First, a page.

Tella and her family have moved to the middle of nowhere because of her sick brother. Tella is bored, and sometimes resentful, but then she remembers why they are there and she manages to keep it in perspective. One day, a blue box arrives with very obscure instructions. She sees her father try to destroy it but it appears indestructible. There is a secret in that box . . .
Tella has been invited to participate in a race known as The Brimstone Bleed. One winner will win a cure to any disease. So of course Tella signs up, she loves her brother and who could resist an opportunity to save someone you love? The race takes place over 4 terrains, with the first two being covered in Fire and Flood. Their is thrilling action, character growth, a little bit of romance, deception and backstabbing, peril and death, and so much more. It’s a little bit of Hunger Games with some His Dark Materials thrown in as each contestant is paired with a genetic enhanced Pandora that has special powers that may help them during the course of the race.
Tella is an interesting main character. She is girly (she sometimes really laments the inability to get a nice manicure in the midst of the race) and yet strong and formidable when she needs to be, well mostly. In fact, Tella is a very realistic depiction of an ordinary girl plucked from her every day life and thrown into a life or death race: sometimes she whines, sometimes she is overwhelmed, but ultimately she keeps pressing on and rises to the occasion because what choice does she have. This, for me, was one of the best parts of the entire thing: Tella. In her complexity and contradictions she is real, relatable, and you can’t help but root for her.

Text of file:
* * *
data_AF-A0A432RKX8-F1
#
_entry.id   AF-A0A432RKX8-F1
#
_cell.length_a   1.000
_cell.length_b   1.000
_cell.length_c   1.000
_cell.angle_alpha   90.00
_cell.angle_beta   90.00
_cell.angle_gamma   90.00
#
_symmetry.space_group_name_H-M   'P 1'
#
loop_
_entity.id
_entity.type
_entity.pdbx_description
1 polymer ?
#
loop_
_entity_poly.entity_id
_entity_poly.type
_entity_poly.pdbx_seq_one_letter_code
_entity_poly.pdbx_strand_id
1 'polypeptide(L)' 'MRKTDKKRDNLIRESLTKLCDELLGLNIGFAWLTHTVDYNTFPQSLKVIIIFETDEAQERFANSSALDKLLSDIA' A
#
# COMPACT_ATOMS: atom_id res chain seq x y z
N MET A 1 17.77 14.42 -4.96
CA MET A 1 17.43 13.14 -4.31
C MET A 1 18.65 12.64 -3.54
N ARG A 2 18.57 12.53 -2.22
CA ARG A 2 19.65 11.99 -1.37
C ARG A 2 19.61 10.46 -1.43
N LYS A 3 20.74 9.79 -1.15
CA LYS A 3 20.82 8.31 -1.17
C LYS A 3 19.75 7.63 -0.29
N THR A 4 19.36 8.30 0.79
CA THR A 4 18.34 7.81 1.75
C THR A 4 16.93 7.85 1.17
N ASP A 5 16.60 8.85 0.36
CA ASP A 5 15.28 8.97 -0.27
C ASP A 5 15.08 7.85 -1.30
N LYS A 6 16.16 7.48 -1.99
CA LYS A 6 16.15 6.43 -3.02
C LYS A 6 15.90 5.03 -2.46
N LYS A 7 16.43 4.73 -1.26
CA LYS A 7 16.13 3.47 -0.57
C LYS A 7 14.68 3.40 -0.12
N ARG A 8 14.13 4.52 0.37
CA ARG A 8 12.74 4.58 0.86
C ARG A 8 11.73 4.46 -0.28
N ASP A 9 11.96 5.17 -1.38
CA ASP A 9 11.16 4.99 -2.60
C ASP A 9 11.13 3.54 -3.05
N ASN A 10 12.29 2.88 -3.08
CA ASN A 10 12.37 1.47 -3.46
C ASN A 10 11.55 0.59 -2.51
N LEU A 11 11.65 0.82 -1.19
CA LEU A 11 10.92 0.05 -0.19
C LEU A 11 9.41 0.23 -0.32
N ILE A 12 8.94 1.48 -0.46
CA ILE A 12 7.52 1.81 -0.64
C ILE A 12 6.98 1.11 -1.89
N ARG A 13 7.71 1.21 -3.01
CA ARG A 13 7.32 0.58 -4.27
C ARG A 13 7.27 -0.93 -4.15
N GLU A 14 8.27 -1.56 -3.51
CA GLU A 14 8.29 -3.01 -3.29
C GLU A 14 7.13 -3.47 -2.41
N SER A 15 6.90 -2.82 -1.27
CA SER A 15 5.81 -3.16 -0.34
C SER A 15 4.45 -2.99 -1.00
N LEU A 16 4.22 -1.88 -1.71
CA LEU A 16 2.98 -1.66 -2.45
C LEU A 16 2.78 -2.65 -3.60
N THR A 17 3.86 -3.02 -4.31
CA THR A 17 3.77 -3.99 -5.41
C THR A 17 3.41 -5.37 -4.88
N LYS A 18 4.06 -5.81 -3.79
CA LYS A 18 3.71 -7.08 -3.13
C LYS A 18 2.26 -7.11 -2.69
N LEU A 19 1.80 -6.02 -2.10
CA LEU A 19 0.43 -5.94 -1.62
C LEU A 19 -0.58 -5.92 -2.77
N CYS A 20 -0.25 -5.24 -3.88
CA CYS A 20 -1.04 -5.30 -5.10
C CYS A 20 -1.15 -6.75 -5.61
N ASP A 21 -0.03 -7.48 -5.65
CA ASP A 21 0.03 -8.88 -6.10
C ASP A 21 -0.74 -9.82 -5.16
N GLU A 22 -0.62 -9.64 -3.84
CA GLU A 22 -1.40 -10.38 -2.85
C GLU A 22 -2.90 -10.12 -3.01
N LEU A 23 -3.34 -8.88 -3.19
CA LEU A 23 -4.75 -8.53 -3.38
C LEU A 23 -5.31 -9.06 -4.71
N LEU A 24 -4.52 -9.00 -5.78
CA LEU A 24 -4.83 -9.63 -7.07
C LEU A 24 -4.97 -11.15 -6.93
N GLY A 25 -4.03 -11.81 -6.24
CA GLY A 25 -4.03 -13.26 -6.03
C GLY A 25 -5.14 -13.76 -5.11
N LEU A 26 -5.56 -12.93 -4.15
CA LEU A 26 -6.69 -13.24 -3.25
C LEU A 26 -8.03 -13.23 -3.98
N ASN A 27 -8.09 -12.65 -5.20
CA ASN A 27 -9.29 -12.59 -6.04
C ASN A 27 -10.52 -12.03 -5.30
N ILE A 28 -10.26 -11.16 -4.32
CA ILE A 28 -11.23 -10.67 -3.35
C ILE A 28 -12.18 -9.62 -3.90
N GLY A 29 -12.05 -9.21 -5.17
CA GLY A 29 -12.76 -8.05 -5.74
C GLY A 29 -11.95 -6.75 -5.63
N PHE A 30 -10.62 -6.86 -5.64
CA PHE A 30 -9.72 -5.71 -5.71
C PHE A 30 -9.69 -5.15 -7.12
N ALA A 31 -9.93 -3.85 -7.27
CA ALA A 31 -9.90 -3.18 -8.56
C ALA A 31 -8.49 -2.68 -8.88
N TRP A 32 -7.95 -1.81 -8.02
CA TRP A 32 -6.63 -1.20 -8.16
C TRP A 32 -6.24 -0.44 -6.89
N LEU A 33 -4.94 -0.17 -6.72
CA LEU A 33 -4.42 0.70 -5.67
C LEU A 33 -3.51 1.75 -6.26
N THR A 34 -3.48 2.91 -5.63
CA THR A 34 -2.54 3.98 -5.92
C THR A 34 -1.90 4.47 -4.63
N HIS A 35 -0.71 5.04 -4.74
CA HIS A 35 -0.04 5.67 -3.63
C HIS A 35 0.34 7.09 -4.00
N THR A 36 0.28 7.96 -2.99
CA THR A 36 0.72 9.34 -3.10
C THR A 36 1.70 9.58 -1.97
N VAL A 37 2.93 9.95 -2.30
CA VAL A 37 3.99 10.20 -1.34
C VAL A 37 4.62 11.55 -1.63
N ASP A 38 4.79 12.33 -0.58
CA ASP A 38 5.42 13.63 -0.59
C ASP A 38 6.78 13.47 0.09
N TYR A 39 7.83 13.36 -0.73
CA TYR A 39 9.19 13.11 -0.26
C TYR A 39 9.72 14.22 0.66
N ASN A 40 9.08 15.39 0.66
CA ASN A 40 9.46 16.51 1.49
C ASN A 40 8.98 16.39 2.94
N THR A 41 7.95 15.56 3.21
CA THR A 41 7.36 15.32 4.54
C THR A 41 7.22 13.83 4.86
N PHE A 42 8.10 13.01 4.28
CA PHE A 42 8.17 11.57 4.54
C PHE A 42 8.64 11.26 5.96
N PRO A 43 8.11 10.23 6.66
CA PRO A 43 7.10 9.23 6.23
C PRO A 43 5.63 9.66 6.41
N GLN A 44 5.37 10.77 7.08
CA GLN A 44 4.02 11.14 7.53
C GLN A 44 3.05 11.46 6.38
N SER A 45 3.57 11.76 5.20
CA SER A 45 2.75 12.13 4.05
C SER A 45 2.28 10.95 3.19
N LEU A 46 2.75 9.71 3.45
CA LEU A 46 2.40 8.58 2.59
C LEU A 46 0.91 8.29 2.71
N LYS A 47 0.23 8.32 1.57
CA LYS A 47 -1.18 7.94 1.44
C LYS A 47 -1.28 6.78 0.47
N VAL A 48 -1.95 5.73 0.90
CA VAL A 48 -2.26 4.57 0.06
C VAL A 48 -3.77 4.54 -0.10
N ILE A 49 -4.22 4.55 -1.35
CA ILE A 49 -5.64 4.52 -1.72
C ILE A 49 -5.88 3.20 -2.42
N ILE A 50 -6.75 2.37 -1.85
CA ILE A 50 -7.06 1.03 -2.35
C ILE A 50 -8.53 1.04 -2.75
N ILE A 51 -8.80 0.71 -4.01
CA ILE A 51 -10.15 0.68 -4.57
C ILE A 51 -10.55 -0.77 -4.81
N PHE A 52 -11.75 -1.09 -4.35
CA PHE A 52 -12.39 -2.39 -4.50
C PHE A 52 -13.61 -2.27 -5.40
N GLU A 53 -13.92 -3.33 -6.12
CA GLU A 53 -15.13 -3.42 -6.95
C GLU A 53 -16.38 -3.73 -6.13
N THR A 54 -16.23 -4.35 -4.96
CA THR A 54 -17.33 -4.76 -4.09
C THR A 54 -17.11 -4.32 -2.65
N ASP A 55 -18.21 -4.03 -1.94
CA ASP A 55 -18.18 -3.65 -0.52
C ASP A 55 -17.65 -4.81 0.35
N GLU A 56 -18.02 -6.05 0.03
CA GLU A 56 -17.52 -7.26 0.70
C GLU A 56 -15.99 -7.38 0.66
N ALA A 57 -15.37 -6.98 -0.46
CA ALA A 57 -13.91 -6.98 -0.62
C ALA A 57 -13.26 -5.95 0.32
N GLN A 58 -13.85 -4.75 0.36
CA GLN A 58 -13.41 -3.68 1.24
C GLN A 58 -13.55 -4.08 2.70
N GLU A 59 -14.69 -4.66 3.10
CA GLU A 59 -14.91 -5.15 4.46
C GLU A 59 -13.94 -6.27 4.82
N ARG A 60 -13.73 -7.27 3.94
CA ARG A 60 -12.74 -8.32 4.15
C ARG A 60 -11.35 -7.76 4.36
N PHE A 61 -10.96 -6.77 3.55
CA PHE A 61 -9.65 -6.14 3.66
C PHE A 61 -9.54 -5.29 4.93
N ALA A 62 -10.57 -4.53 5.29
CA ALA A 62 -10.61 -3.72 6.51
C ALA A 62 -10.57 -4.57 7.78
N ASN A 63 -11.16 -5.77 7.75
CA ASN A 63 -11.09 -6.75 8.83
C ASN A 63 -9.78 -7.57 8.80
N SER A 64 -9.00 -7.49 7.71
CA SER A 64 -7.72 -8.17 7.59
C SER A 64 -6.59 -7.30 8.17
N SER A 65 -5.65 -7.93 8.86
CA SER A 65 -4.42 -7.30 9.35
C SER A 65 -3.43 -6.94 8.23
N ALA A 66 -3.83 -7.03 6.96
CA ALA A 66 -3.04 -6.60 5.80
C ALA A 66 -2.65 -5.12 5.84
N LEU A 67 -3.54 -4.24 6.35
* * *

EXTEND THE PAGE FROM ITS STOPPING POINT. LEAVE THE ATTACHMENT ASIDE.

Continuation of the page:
F&F is also really cool because although there is a guy – whose name is conveniently Guy – and they do have an attraction to one another, even Tella periodically questions whether or not the attraction is because of the dire circumstances they find themselves in or if they would still be attracted in their real life. And this is not the driving force of the narrative, but an additional element. In fact, Tella forms an alliance with several members of the race who are pretty fully fleshed out and they all have meaningful interactions and back story. Plus, there are the Pandoras, which are pretty cool.
One of the elements that initially bothered me about F&F was the fact that Guy seemed too good at the race, which was very convenient and sometimes took me out of the story, but eventually there is a good discussion about that which reveals important things and everything is golden.
The bad guys are epically bad, there is an interesting reveal about the race itself, and the action is intense and engaging. There are some uniquely new approaches to some familiar themes in current ya, the main character is uniquely realistic and relatable, and the action is nonstop – readers will be very engaged and satisfied, chomping at the bit for the next book. Highly recommended, I seriously enjoyed this book.
Coming February 25th from Scholastic. ISBN: 9780545537469
I received a copy of this book in exchange for an honest review.